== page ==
Choke vs. Inductor: What’s the Difference?


Click to ExpandChoke vs. Inductor: What’s the Difference?

Choke vs. Inductor: What’s the Difference?

At MPS Industries, we specialize in manufacturing high-quality magnetic parts for automotive, medical, power distribution, and more. We’re ISO 9001:2015 certified, and we prioritize quality engineering practices to create products our clients can trust in critical applications, including inductors and chokes.

Both chokes and inductors can deliver and modify electrical current. However, inductors are generally used to sense, filter, or transform electrical current. They store that energy as a magnetic field around their inbuilt insulated coil. Chokes, on the other hand, are a specific type of inductor that restricts the flow of high-frequency AC and only allows DC through to downstream parts within an electrical system. Learn more about the differences between the two and how to determine the best fit for your needs.

What Is a Choke?

Chokes, a subtype of an inductor, are designed to restrict or control the flow of electrical current passing through its coil and core, which consists of a magnetic core wrapped in a wire insulated coil or a donut-shaped ferrite bead strung on a wire. Primarily, they prevent the flow of alternating current (AC). This component ensures only direct current (DC) passes through and reaches subsequent components. Because of this core functionality, chokes are typically used for protection. If they precede insulative components, they can increase the insulation’s longevity by blocking high-frequency alternating currents and sharp fluctuations in current levels. Chokes only allow a flow of more controllable (and thereby less damaging) current to pass through. They can also act as a check on certain systems.

Chokes can be designed for optimal performance in different types of environments, such as high-speed applications, circuits with next to no grounding components, electrical circuitry that may face disruption from noise, signal mixing, and other complications. They’re also commonly used in power supplies and direct current power lines.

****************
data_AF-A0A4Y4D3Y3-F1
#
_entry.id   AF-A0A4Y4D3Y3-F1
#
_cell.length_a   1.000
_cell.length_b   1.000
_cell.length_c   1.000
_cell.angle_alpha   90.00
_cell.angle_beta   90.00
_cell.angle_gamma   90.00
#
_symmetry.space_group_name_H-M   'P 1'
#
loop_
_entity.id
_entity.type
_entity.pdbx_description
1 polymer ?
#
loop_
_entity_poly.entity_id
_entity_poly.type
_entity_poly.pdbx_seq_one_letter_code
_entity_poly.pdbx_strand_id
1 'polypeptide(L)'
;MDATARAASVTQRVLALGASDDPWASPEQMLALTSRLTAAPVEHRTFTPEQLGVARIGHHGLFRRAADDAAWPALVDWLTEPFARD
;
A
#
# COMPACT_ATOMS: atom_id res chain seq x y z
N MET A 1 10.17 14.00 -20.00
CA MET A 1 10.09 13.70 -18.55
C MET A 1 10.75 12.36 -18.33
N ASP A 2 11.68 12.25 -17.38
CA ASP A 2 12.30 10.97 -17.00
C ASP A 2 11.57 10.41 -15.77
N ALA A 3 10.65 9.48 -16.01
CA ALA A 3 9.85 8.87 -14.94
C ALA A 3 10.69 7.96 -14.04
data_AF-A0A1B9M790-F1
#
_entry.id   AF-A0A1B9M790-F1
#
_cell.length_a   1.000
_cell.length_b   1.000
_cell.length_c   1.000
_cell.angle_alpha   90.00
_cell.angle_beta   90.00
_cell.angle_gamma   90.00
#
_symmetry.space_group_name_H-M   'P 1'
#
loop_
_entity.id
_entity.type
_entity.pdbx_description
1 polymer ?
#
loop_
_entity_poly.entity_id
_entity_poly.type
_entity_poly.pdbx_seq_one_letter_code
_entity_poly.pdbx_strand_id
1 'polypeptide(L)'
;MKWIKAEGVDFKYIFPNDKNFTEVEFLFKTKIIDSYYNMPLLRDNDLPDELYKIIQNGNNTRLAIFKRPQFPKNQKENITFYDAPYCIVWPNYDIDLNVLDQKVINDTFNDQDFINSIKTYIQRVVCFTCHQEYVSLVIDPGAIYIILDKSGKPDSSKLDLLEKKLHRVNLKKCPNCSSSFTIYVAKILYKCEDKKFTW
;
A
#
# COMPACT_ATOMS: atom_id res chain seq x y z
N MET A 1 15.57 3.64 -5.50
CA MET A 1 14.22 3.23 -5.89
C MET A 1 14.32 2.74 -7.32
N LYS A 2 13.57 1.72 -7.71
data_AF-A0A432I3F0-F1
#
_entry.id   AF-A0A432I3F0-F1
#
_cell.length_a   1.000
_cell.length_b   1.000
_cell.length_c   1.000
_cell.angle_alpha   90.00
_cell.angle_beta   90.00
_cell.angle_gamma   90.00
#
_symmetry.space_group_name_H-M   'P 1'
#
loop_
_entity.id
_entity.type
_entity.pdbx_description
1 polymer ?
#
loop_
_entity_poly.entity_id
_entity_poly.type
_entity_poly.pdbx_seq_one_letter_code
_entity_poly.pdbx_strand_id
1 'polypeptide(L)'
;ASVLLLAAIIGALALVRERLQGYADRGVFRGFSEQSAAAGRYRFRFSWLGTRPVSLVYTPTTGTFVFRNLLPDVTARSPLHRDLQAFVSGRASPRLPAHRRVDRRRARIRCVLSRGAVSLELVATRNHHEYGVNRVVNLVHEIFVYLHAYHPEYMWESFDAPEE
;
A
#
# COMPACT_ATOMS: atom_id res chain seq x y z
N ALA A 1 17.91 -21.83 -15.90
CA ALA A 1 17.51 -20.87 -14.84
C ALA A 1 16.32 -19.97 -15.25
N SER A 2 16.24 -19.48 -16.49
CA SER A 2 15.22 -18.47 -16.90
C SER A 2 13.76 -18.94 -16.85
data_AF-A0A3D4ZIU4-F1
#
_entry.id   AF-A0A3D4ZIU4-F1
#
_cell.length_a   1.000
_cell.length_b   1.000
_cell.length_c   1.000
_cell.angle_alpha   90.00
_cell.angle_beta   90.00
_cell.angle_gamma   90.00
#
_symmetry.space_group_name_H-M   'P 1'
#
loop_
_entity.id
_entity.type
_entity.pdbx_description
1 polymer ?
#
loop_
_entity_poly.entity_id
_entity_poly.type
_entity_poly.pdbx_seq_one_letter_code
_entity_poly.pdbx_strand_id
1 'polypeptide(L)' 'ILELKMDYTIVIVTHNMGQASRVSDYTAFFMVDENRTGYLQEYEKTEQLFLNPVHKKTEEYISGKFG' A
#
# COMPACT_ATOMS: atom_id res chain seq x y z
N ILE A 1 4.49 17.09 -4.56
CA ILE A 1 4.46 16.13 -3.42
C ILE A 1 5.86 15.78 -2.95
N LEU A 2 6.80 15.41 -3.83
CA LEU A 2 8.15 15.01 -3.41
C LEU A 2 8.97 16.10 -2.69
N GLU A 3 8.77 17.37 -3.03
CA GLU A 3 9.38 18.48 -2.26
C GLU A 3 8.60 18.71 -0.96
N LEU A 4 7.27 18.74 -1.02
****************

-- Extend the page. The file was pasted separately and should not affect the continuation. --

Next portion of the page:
Series 3 Phase Common Mode Choke

What Is an Inductor?

Inductors represent a wide array of different electrical components that can change, filter, store, and otherwise interact with electrical current. While chokes can restrict current and protect downstream components from overload, inductors are also valued for their storage capabilities. They also have a magnetic coil, which, properly energized by electrical current, generates and holds a magnetic field. These components can be large, often the largest component in a circuit, and can come in a wide range of shapes and sizes to meet the needs of a specific electrical system.

Common use cases for inductors include:

  • Filters: Inductors can restrict the flow of current and allow only certain ranges of electricity through to downstream components.
  • Energy storage: Inductors store energy by generating and holding a magnetic field.
  • Transformers: Inductors can be combined to create a transformer which transfers energy from one to subsequent multiple or singular circuits. They can change the voltage as the electricity is transferred from circuit to circuit, but the frequency won’t change.
  • Motors: Inductors convert electrical and magnetic energy into physical motive force.
  • Sensors: Inductors detect changes in electrical current through its impact on the inductor’s magnetic field.

Series Power Inductor

Chokes vs. Inductors: The Main Differences

Because chokes and inductors share many core attributes and applications, it can be difficult to know which one best serves a specific application. The key differences between chokes and inductors are:

  • Magnetic Field: Inductors can generate and hold magnetic fields as a form of temporary energy storage, often to switch power supplies and energizing circuits. Chokes do not.
  • Purpose: Chokes remove AC and only allow DC to filter through. Inductors can also provide this functionality, along with signal filtering; however, the inductor is then considered a choke when used for that purpose.

Before choosing the component for your design or system, determine its primary function and then select the best inductor or choke for those circumstances.

Chokes and Inductors From MPS Industries

When choosing high-quality electrical components, it is critical to know which components best serve your application. MPS Industries is a leading provider of inductors, chokes, and other electrical components that manufacturers can trust in their products and installations. Contact us today to learn more about our selection of inductors and chokes, as well as our manufacturing capabilities.

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